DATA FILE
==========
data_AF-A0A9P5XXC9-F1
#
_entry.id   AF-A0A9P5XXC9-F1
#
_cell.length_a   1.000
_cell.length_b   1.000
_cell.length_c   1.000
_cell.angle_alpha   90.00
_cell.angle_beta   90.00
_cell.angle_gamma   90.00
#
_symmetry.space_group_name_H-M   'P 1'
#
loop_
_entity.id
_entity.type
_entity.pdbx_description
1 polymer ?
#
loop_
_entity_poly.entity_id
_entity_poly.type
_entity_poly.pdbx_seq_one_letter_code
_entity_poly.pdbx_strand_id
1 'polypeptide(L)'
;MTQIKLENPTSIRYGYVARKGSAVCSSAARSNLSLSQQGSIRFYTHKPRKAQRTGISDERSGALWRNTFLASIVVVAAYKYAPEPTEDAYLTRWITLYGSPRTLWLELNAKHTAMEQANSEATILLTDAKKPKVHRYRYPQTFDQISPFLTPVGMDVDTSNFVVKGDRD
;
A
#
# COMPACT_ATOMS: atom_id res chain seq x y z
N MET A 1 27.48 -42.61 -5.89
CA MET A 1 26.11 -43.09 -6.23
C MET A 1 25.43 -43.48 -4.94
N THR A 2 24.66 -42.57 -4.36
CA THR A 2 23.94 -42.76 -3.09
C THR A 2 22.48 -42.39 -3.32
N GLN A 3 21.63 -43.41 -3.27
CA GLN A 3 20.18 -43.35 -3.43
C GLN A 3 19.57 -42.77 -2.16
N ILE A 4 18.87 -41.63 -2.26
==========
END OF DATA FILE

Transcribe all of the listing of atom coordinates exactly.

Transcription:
data_AF-A0A9P5XXC9-F1
#
_entry.id   AF-A0A9P5XXC9-F1
#
_cell.length_a   1.000
_cell.length_b   1.000
_cell.length_c   1.000
_cell.angle_alpha   90.00
_cell.angle_beta   90.00
_cell.angle_gamma   90.00
#
_symmetry.space_group_name_H-M   'P 1'
#
loop_
_entity.id
_entity.type
_entity.pdbx_description
1 polymer ?
#
loop_
_entity_poly.entity_id
_entity_poly.type
_entity_poly.pdbx_seq_one_letter_code
_entity_poly.pdbx_strand_id
1 'polypeptide(L)'
;MTQIKLENPTSIRYGYVARKGSAVCSSAARSNLSLSQQGSIRFYTHKPRKAQRTGISDERSGALWRNTFLASIVVVAAYKYAPEPTEDAYLTRWITLYGSPRTLWLELNAKHTAMEQANSEATILLTDAKKPKVHRYRYPQTFDQISPFLTPVGMDVDTSNFVVKGDRD
;
A
#
# COMPACT_ATOMS: atom_id res chain seq x y z
N MET A 1 27.48 -42.61 -5.89
CA MET A 1 26.11 -43.09 -6.23
C MET A 1 25.43 -43.48 -4.94
N THR A 2 24.66 -42.57 -4.36
CA THR A 2 23.94 -42.76 -3.09
C THR A 2 22.48 -42.39 -3.32
N GLN A 3 21.63 -43.41 -3.27
CA GLN A 3 20.18 -43.35 -3.43
C GLN A 3 19.57 -42.77 -2.16
N ILE A 4 18.87 -41.63 -2.26